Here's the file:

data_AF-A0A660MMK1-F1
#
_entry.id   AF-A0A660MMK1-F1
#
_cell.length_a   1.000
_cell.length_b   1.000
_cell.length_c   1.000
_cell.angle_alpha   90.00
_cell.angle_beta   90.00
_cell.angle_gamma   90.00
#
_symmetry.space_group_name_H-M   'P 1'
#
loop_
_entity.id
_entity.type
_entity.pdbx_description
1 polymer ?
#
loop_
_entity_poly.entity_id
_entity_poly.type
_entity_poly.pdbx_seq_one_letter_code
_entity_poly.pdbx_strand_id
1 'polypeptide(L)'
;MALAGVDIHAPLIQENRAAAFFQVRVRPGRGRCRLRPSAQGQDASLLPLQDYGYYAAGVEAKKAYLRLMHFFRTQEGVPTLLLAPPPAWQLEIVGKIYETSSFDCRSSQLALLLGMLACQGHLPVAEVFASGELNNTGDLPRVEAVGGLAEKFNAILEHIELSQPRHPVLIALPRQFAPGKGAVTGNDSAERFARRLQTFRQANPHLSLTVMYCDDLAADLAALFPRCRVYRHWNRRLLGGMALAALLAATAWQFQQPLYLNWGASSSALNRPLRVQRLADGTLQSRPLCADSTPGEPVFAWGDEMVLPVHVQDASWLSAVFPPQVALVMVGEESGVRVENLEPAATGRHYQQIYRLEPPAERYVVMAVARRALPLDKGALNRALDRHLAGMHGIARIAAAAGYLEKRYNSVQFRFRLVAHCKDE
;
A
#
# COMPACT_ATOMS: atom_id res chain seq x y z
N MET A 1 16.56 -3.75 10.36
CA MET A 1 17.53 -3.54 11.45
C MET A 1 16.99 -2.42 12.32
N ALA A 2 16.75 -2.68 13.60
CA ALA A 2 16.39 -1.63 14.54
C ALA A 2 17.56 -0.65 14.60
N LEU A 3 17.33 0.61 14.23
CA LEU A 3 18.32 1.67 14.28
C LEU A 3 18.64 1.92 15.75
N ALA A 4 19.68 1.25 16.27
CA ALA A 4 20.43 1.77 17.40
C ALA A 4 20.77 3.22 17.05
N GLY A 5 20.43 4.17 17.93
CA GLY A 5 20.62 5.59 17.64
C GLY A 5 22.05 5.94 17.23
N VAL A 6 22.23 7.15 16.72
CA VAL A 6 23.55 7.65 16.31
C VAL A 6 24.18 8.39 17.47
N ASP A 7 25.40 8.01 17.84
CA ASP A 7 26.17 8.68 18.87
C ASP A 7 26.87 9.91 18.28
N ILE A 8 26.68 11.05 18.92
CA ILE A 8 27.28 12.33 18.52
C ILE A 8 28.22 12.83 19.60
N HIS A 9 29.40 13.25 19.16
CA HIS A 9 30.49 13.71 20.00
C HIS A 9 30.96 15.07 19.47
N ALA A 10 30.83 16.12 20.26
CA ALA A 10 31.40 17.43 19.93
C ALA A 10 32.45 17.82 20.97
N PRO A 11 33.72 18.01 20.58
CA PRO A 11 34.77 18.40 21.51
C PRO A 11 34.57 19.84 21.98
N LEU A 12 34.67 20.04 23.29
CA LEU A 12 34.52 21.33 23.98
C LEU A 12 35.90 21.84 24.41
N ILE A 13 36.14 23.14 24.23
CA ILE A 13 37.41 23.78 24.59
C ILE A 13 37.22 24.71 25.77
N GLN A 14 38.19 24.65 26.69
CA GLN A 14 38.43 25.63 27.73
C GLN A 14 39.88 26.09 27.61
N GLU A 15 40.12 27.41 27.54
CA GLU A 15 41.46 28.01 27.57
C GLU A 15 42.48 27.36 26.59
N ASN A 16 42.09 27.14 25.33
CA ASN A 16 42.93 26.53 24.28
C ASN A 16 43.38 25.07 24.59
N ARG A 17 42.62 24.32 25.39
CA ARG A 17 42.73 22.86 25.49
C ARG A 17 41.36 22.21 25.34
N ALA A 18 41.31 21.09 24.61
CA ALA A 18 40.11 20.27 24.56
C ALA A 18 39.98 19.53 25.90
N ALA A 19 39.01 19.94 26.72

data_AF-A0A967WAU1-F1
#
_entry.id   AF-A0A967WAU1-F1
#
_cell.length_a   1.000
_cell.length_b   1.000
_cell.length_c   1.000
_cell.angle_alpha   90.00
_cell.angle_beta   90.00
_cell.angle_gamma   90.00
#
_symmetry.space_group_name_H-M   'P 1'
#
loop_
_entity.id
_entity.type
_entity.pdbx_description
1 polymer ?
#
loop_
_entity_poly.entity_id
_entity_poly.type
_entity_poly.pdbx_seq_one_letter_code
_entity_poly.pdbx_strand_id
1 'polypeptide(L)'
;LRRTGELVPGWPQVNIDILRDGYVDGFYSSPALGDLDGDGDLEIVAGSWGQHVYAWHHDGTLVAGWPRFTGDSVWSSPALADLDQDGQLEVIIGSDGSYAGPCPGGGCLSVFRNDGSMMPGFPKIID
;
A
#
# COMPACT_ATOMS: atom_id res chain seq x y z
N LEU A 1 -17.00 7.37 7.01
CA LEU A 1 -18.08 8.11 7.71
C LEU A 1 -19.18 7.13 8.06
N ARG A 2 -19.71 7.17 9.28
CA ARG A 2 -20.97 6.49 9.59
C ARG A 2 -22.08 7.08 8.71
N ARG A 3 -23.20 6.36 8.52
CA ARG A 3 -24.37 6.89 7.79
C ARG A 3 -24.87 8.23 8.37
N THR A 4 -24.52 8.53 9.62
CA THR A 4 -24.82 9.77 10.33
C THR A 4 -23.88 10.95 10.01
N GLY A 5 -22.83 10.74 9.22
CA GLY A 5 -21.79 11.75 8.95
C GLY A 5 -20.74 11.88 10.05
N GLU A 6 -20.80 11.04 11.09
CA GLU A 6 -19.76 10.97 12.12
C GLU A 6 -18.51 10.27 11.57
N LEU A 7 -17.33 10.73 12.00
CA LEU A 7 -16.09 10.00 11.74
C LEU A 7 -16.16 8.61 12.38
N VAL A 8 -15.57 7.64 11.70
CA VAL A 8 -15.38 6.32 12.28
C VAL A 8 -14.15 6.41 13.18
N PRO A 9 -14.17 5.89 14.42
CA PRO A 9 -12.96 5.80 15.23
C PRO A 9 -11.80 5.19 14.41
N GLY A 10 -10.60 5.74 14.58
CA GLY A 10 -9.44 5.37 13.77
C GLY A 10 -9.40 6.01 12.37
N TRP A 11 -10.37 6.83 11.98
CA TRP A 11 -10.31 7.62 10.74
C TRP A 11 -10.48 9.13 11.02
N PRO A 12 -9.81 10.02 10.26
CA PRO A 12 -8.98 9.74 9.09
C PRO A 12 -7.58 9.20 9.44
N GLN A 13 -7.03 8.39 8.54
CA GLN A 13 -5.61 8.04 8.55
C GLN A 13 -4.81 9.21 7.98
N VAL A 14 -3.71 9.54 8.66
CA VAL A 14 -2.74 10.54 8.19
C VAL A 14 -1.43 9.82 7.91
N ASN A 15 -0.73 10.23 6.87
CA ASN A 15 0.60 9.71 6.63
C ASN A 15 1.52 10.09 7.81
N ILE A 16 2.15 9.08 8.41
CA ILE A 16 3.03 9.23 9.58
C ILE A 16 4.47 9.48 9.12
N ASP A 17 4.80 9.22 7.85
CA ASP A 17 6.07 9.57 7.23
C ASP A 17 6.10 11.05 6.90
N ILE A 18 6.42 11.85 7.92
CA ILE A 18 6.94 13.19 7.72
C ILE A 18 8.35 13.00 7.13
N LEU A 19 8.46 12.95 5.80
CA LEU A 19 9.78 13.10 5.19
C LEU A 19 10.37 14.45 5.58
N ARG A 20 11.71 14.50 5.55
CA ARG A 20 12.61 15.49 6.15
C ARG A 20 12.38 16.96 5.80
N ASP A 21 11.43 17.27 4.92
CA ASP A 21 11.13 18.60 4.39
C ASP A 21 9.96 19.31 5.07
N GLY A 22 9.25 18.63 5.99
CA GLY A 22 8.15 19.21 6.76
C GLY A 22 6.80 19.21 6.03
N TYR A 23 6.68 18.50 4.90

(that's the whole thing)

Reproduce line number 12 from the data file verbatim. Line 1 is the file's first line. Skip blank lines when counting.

_symmetry.space_group_name_H-M   'P 1'